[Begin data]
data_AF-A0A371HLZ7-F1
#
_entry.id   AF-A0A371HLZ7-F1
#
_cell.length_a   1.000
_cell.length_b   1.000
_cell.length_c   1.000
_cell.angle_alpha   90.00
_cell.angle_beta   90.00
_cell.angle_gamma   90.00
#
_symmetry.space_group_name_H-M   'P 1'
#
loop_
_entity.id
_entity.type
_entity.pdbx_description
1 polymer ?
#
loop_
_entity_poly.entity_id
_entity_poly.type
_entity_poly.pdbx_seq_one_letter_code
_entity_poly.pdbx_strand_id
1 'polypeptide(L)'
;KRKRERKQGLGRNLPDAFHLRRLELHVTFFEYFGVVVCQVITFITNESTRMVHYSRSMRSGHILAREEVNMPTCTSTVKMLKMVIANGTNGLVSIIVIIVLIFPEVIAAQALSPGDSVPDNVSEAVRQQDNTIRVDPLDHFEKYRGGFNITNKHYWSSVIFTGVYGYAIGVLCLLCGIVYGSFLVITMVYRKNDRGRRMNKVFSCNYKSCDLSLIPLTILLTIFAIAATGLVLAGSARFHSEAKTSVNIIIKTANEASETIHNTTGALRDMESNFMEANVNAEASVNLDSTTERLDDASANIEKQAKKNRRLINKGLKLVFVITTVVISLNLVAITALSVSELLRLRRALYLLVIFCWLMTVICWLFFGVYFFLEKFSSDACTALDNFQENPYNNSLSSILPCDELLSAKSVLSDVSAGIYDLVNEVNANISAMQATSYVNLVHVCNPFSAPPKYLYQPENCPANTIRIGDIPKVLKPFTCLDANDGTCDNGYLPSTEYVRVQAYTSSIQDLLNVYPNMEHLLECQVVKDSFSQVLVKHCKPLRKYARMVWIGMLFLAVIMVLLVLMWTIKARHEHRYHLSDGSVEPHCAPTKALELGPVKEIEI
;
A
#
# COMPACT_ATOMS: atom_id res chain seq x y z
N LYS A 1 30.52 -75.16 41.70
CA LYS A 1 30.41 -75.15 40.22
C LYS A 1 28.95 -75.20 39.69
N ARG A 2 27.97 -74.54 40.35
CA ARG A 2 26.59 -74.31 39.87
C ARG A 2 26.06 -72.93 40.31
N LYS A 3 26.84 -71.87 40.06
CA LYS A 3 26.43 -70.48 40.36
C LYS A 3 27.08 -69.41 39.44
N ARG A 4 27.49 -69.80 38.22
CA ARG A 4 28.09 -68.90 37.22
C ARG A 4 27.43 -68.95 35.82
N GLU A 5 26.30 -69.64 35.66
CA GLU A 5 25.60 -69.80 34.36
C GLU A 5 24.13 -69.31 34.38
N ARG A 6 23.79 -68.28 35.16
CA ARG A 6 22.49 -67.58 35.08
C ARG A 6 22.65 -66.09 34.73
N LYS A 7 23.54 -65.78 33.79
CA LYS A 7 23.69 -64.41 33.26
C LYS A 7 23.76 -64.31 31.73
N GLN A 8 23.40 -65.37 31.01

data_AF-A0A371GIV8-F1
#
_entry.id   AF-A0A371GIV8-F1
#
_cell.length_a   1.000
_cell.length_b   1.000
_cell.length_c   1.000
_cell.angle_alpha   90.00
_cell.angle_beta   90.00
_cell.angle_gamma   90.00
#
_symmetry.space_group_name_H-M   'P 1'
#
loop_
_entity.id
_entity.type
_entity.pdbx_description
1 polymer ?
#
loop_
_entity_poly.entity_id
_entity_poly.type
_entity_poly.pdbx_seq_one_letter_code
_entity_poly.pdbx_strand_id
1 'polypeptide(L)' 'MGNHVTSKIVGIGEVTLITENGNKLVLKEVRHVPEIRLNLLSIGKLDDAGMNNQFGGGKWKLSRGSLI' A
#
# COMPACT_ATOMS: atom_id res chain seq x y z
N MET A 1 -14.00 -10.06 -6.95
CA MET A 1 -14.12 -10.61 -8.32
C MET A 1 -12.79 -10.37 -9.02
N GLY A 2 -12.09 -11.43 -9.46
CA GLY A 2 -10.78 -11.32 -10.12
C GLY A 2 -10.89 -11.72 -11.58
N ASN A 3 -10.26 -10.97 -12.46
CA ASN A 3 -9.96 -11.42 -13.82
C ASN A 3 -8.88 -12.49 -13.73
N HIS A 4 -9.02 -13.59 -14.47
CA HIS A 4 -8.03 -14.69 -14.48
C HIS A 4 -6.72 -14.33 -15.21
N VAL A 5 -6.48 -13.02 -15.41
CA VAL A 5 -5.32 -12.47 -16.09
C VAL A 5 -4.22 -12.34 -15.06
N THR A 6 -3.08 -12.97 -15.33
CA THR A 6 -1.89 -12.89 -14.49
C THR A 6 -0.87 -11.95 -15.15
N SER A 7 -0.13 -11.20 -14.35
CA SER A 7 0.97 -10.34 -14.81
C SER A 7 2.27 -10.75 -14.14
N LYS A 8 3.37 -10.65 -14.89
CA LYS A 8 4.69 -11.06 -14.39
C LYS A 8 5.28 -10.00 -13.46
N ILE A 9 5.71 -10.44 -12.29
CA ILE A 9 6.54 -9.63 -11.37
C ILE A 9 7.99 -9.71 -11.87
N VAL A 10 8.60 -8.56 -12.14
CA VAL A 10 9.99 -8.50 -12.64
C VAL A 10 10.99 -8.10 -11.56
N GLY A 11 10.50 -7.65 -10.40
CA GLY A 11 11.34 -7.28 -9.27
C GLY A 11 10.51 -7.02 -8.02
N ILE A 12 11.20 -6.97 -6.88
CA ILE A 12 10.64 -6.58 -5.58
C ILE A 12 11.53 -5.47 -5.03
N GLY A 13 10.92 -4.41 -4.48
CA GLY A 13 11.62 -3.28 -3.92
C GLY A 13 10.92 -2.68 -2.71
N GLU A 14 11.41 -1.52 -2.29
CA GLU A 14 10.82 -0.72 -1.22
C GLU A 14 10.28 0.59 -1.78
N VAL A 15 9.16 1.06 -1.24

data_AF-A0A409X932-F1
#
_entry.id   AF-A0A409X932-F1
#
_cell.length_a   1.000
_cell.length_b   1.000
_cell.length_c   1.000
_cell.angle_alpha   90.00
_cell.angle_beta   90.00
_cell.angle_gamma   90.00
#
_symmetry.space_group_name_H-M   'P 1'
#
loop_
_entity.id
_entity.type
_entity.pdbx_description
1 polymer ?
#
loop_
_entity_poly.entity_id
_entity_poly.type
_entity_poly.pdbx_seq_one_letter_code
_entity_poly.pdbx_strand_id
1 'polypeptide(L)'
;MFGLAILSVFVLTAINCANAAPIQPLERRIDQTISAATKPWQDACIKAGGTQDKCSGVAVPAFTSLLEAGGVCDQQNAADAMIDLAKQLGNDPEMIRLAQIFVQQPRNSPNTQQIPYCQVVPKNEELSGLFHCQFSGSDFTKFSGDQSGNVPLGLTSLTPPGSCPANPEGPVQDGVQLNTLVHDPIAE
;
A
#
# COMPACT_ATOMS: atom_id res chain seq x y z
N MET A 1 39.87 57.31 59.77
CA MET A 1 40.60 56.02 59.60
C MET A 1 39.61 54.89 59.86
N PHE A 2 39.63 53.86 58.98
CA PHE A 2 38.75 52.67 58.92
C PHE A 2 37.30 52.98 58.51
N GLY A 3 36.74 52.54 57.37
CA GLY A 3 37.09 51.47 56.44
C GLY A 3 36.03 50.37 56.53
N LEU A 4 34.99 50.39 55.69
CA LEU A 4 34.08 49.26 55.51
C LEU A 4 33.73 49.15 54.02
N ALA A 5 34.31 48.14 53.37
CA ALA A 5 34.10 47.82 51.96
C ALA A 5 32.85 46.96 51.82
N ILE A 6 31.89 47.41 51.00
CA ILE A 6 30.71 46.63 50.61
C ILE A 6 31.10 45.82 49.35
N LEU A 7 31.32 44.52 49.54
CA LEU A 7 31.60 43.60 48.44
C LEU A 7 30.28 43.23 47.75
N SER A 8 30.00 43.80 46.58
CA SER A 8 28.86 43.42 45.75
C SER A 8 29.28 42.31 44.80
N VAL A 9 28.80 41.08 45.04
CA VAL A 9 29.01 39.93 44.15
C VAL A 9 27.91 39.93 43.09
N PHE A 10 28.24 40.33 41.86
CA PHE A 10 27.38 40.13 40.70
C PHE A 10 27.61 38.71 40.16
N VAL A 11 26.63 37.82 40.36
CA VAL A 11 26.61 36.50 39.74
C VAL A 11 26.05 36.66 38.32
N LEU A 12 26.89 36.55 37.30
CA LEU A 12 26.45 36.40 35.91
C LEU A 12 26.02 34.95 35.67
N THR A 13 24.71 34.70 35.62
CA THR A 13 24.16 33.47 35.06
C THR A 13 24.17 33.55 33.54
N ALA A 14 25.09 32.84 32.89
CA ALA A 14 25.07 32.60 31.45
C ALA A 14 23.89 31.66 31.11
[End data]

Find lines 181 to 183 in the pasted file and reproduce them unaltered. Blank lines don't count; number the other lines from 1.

CA PHE A 10 27.38 40.13 40.70
C PHE A 10 27.61 38.71 40.16
N VAL A 11 26.63 37.82 40.36